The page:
The Shooting Guard Penalty

Posted on January 18, 2010 by


So you want to be “like Mike?”  As noted by David Biderman of the Wall Street Journal, there is a downside to this objective.  It appears that shooting guards – relative to the other four positions the NBA employs — are getting ‘short’-changed.

Biderman’s article draws upon a story we very briefly note in “Stumbling on Wins” (our next book).  After controlling for a host of explanatory variables (player performance, team performance, games played, age, market size, draft position, etc…), we find that shooting guards are paid less (about $1.44 million less per season) than players at other positions.

This result appears to be driven by the “short supply of tall people.”  As observed in The Wages of Wins (our first book), the labor market in the NBA is characterized by a limited supply of workers.   There simply are not many tall people for basketball teams to consider hiring. Or on the flip side, there is a relatively large supply of little guys.

When we think about free agent salaries in the NBA the story that stands out is that scoring is over-emphasized.  Points scored (as opposed to shooting efficiency, rebounds, steals, turnovers, etc…) have the largest impact on a player’s salary.  So NBA teams do not get everything “right” when it comes to evaluating free agents (and a similar story can be told for draft position, minutes played, etc…).  But when it comes to the evaluation of shooting guards, this decision seems to be essentially correct.  The abundance of these players suggests teams should be able to acquire shooting guards for a discount.

Two more notes on this story….

  • the abundance of shooting guards means it is harder for an elite guard to differentiate himself from his peers.  This can be seen when we look at the top players – according to Wins Produced (a measure that evaluates each player relative to position played) — at each position.  Only four shooting guards had more than ten Wins Produced last season (Dwyane Wade, Brandon Roy, Mike Miller, and Kobe Bryant).  In contrast, at the other positions we see eight point guards, seven small forwards, seven power forwards, and nine centers who were in double digits in Wins Produced.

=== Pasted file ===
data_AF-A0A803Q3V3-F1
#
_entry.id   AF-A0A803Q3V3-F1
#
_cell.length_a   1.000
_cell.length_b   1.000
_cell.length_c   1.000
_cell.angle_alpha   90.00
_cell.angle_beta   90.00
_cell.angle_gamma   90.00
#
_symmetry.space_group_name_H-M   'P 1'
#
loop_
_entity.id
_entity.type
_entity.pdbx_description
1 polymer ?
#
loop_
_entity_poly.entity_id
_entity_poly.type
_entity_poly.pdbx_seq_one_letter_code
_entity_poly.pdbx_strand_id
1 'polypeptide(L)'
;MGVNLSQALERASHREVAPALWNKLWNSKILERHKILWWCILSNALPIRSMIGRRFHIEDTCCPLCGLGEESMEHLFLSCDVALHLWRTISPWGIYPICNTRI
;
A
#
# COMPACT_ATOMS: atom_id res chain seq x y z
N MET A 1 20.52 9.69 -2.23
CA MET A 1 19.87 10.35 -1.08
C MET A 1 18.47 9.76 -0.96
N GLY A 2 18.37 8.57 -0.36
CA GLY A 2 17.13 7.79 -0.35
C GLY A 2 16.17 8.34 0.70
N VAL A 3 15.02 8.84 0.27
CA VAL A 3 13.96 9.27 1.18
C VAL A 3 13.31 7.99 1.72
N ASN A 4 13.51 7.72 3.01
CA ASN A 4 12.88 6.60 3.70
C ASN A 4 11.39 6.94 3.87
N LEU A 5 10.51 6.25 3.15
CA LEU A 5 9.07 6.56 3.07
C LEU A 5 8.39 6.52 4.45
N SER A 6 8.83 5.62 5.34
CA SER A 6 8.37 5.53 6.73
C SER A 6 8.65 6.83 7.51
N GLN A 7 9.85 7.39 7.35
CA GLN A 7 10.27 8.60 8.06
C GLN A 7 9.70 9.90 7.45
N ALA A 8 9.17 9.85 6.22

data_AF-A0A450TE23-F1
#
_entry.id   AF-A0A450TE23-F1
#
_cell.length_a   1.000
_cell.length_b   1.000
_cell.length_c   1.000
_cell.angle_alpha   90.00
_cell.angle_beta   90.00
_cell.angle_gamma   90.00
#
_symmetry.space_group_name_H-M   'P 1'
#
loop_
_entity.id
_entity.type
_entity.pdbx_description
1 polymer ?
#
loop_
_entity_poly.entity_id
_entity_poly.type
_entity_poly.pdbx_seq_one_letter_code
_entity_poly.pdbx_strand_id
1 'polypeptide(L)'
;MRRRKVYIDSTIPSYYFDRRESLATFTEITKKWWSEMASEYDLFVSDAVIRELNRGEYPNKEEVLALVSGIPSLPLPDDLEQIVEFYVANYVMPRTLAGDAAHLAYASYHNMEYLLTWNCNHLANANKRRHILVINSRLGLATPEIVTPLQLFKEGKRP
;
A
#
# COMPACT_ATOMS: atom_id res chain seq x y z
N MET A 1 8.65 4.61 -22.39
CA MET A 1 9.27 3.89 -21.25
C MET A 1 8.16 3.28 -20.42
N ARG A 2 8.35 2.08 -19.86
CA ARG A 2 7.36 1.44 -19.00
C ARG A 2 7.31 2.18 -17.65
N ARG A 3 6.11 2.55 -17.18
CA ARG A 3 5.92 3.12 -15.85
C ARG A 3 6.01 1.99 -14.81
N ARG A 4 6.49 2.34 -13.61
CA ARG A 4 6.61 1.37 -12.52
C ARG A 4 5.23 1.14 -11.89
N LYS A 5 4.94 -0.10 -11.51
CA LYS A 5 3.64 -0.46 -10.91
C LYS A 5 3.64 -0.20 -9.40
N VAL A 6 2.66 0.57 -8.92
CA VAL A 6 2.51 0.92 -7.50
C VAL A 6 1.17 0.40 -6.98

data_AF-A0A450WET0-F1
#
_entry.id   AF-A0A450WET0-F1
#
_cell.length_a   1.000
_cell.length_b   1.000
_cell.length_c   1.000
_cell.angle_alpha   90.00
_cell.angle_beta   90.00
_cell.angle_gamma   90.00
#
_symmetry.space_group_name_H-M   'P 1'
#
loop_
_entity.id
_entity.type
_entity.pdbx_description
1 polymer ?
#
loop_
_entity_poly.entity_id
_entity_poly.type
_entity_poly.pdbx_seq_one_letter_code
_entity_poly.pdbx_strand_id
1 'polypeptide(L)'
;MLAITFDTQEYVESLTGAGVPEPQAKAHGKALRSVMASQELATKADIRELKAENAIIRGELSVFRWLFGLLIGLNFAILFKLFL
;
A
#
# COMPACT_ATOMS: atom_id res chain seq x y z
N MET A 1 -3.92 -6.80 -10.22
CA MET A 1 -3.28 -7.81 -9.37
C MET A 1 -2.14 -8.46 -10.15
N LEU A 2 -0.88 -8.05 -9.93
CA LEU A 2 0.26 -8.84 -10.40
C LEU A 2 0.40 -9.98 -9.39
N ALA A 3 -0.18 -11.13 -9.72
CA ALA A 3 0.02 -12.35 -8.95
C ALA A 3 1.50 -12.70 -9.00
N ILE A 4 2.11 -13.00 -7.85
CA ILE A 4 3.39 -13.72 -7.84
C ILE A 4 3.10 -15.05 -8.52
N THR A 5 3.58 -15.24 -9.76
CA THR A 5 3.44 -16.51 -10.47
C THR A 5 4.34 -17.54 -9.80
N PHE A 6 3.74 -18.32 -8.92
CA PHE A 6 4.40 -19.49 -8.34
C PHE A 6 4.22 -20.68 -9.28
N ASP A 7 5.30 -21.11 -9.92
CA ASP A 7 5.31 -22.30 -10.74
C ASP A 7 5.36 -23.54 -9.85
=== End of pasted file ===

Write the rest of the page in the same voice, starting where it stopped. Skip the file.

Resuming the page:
• the story we see with respect to salaries is also seen with respect to the NBA draft.  Controlling for performance (and a host of other factors), shooting guards are taken later in the draft. As we get closer to the NBA draft I will offer more on this subject (it is also in the next book).

Let me close by noting that this is not the first time Biderman has referenced my work at the Wall Street Journal.  Here are three more recent stories from Biderman that reference my research.

After Age 25, It’s All Downhill for NBA Players

In the NHL, More Dollars Equals More Wins

Few Starting Lineups Could Top These Celtics

One should note that both the shooting guard and aging story are briefly noted in Stumbling on Wins (the book has many, many more stories).  And while you wait for our next book (just a few more weeks), I highly recommend the sports section at the Wall Street Journal.  Here is a brief selection of recent stories:

We’re Picking the Jets to Win—Again (for insights into picking NFL games)

A Random Walk to the End Zone (a comment – from “Fooled by Randomness” author Nassim Nicholas Taleb – on fantasy football)

11 Minutes of Action (how much time is there really in a football game?)

In the NBA, 3 Is Cheaper Than 2 (check out Evan Eschmeyer’s – former NBA player — post in the comment section to this article)

What Price Vikings Fandom? Funny You Should Ask (the value of being a fan, from the research of Colorado College economist Aju Fenn)

The Count: Arenas’s On-Court Liability (Gilbert Arenes doesn’t help as much as his reputation suggests)

The Count: Hall of Fame Voters Snub Stats (what the stats say about who should be in baseball’s Hall of Fame)

What do these stories have in common? The Wall Street Journal is really emphasizing what the numbers say about sports.  So if you haven’t already, take a look at the sports coverage offered by the Wall Street Journal. For those who like numbers and sports, the Wall Street Journal sports page is a place to go.

– DJ

The WoW Journal Comments Policy

Our research on the NBA was summarized HERE.

The Technical Notes at provides substantially more information on the published research behind Wins Produced and Win Score

Wins Produced, Win Score, and PAWSmin are also discussed in the following posts:

Simple Models of Player Performance

Wins Produced vs. Win Score

What Wins Produced Says and What It Does Not Say

Introducing PAWSmin — and a Defense of Box Score Statistics

Finally, A Guide to Evaluating Models contains useful hints on how to interpret and evaluate statistical models.